Sherlock himself, in concert with Doctor Watson, seeks to protect a valuable item, the Redcliffe Document, from falling into the hands of the evil Professor Moriarty. The Wilder script doesn't trouble itself with the threat presented by the document-- which is no more than your basic Hitchcockean "MacGuffin." In any case, Sherlock decides to use Sigerson as a decoy by sending him a case: music-hall singer Jenny (Madeline Kahn), who knows more than she admits about the blackmailer who plans to sell the document to Moriarty. Sherlock also sends Sigerson his own assistant, Orville Sacker (Marty Feldman),

In the tradition of the Mel Brooks comedies that had contributed to Wilder's fame, SMARTER is filled with wild slapstick scenes, many of which spoof the tropes of Sherlock-fiction. Overall the film holds together better than most Brooks-imitations-- including many of those Brooks himself made in his later years. The best scenes take place between Wilder, Khan, and Feldman-- who had worked together in 1974's YOUNG FRANKENSTEIN-- and to Wilder's credit, his portrait of the frenetic, overcompensating Sigerson remains persuasive.

On the negative side, other performers have little to do but to mug and to beat on each other, a particular example being an overlong scene between Leo McKern (as Moriarty) and Dom DeLuise (as Gambetti, an opera-singer who's also the blackmailer with the document). As might be expected, in the end Sigerson manages to remove himself from the shadow of Sherlock, engaging the Great Detective's arch-villain in a spirited swordfight.

There's only one element in the film that qualifies it for metaphenomenal status: a scene in which Sigerson and Sacker are imprisoned in a small room which has been rigged with a moving buzzsaw, set to chop any inhabitants to ribbons. However, while some versions of Moriarty have used assorted uncanny devices, like the trap-filled house in SHERLOCK HOLMES IN NEW YORK, this "guest room" is actually the possession of Gambetti. Wilder's script does not explain why an opera-singer would just happen to have a buzzsaw-execution room in his domicile.

Tuesday, March 1, 2016

DEADPOOL (2016)



PHENOMENALITY: *marvelous*
MYTHICITY: *fair*
FRYEAN MYTHOS: *adventure*
CAMPBELLIAN FUNCTION: *sociological, cosmological, psychological*


The short review would be pretty much the usual thing: "DEADPOOL is balls-to-the-wall fun for the viewer who's getting a little bored with lookalike superhero films."

That said, I can't help noting that as far as its basic plot, DEADPOOL isn't any more complex than, say, ANT MAN. The devilish fun is entirely in the details, such as the opening credits, of which I'll only say that it's the only film where I thought, "Even if the rest of the film is a loss, the credits are worth the price of admission."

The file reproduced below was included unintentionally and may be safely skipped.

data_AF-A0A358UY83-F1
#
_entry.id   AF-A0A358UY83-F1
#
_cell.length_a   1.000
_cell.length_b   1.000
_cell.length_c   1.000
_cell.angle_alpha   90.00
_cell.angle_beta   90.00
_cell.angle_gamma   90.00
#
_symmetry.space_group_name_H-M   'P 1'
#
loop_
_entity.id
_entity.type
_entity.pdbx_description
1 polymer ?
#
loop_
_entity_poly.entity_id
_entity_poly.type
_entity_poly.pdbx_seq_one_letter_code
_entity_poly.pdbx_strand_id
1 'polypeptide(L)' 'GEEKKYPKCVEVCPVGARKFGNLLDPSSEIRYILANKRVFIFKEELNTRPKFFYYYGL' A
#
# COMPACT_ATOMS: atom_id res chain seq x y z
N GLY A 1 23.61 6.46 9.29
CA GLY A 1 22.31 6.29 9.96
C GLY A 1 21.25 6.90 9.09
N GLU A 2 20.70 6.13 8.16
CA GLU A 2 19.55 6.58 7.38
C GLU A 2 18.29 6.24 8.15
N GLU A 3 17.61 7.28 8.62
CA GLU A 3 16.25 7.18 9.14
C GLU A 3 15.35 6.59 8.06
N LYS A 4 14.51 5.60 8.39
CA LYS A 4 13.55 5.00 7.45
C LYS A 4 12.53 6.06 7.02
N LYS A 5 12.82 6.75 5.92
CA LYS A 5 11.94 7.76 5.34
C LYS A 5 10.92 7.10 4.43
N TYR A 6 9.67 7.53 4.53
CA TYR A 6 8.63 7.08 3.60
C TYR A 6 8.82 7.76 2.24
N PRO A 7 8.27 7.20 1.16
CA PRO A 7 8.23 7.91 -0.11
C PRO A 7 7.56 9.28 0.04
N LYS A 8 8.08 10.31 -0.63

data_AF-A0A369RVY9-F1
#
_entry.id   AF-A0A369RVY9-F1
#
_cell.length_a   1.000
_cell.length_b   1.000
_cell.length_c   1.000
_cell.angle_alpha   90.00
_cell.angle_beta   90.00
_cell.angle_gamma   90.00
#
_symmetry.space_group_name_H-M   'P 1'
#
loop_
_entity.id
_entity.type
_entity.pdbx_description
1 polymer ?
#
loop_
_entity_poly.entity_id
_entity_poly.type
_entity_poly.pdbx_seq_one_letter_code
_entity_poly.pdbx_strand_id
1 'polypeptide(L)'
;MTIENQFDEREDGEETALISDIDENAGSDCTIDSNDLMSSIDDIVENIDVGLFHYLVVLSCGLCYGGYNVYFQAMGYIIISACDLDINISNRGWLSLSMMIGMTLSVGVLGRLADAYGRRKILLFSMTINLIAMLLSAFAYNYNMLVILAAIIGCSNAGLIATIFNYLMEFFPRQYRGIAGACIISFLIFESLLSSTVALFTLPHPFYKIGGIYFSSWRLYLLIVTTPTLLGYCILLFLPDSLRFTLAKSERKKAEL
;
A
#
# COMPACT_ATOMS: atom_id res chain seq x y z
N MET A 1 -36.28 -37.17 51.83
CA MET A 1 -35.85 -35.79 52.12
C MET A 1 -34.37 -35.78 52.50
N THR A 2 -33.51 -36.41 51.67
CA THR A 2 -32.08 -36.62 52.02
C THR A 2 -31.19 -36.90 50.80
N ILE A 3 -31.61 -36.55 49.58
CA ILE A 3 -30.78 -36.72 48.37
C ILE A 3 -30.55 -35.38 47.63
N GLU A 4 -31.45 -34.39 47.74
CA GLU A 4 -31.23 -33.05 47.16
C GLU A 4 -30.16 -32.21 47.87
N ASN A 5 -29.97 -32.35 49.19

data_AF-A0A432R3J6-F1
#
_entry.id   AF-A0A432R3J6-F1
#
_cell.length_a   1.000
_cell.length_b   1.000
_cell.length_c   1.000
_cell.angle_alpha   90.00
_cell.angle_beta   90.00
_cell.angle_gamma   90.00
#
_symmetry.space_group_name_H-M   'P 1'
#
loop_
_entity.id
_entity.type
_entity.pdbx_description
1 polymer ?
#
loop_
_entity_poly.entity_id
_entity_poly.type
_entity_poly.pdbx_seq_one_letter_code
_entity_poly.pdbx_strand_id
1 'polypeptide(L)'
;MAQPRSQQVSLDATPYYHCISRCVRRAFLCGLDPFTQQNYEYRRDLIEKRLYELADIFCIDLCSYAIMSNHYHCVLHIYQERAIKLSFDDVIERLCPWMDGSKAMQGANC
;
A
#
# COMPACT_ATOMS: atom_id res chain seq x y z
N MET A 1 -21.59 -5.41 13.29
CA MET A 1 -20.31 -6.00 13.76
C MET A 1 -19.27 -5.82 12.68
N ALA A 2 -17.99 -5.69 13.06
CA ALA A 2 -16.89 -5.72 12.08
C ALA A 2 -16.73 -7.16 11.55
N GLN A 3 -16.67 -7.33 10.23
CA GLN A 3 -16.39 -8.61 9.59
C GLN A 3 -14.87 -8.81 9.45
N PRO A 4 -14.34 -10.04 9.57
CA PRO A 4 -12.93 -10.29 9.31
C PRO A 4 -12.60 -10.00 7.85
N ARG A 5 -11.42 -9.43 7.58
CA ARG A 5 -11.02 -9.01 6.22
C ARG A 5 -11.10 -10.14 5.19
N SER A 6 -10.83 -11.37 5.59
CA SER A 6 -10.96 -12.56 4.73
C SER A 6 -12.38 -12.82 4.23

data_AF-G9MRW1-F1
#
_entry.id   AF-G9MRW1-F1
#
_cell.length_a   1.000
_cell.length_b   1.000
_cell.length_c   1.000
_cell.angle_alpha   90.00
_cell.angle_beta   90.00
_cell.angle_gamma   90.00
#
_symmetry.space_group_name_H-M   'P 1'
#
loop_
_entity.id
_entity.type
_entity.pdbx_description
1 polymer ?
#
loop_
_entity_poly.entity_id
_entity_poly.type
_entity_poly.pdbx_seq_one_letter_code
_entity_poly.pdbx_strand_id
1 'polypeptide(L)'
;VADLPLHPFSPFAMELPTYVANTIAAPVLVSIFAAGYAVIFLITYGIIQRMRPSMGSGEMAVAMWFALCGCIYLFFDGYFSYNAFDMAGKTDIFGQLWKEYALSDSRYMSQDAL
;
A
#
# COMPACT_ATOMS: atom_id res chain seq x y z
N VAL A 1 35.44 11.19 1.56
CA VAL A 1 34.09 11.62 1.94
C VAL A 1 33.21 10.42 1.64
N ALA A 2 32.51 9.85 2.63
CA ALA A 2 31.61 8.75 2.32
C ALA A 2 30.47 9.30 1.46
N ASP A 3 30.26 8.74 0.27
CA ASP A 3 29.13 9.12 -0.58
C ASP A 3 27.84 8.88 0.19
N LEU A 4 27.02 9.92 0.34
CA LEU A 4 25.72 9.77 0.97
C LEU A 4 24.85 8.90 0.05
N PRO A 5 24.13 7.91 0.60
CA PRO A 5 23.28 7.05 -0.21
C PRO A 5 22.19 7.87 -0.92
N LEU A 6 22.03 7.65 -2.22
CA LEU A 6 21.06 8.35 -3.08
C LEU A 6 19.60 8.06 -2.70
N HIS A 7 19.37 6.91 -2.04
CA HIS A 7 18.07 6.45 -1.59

In the spirit of said credits, it's easy to break down DEADPOOL into its many familiar tropes. There's a cynical "bad hero," who comes off as less than entirely villainous because he only kills, maims or torments people who deserve it. He meets a "hot chick, " the love of his life, but their future together is questionable when the bad guy gets a badder, totally terminal disease. This leads to a forbidden scientific experiment-- easily the most tedious trope these days, seeming to make an appearance in almost every Marvel adaptation. This experiment creates the super-badass Deadpool, who then goes on a crusade against the guy behind the evil experiment. Villain-protagonist gathers some allies, the villain kidnaps the hot chick, and there's a big fight at the end.

In keeping with the Marvel comic, Deadpool's charm is that he's so motor-mouthed that he makes Classic Spider-Man sound tongue-tied, with the added benefit that Spidey could never indulge in so many R-rated riffs. I credit writers Rhett Reese and Paul Wernick, as well as director Tim Miller with having the sagacity to know just when to create enough melodrama to keep the character relatable-- even if they puncture it in the next minute with a dirty joke.

I'm largely unacquainted with the comic-book Deadpool, but I've been told that his origin in the comics simply amounts to his being injected with the blood of another Marvel character, Wolverine, so that the character obtains the same ability to heal from almost any wound. The film presents a more interesting origin. The evil experiment consists of subjecting its victims to mammoth amounts of pain and stress, in the hope of triggering "mutant genes" that manifest in super-powers. Intentionally or not, this may be a metafictional comment on a familiar trope of superhero comics, where the hero gains his powers by living through some experience that ought to kill him, be it a lightning-strike, a gamma bomb, or the bite of a radioactive spider.

Deadpool's backstory is that he was once a special forces commando who became a whimsical mercenary, and though his motor-mouth seems improbable for anyone in any military service, parts of the film-origin bear strong resemblance to a familiar trope in which disaffected soldiers are subjected to weird superman-making experiments, notably UNIVERSAL SOLDIER. Deadpool exhibits absolutely none of the familiar maladies of soldiers-returning-to-civilian-life-- no post-traumatic stress disorder, no survivor guilt. And yet, because he's disfigured by the evil experiment, and fears showing his ugly mug to his former girlfriend, this does bear some interesting similitude with narratives about disfigured ex-servicemen.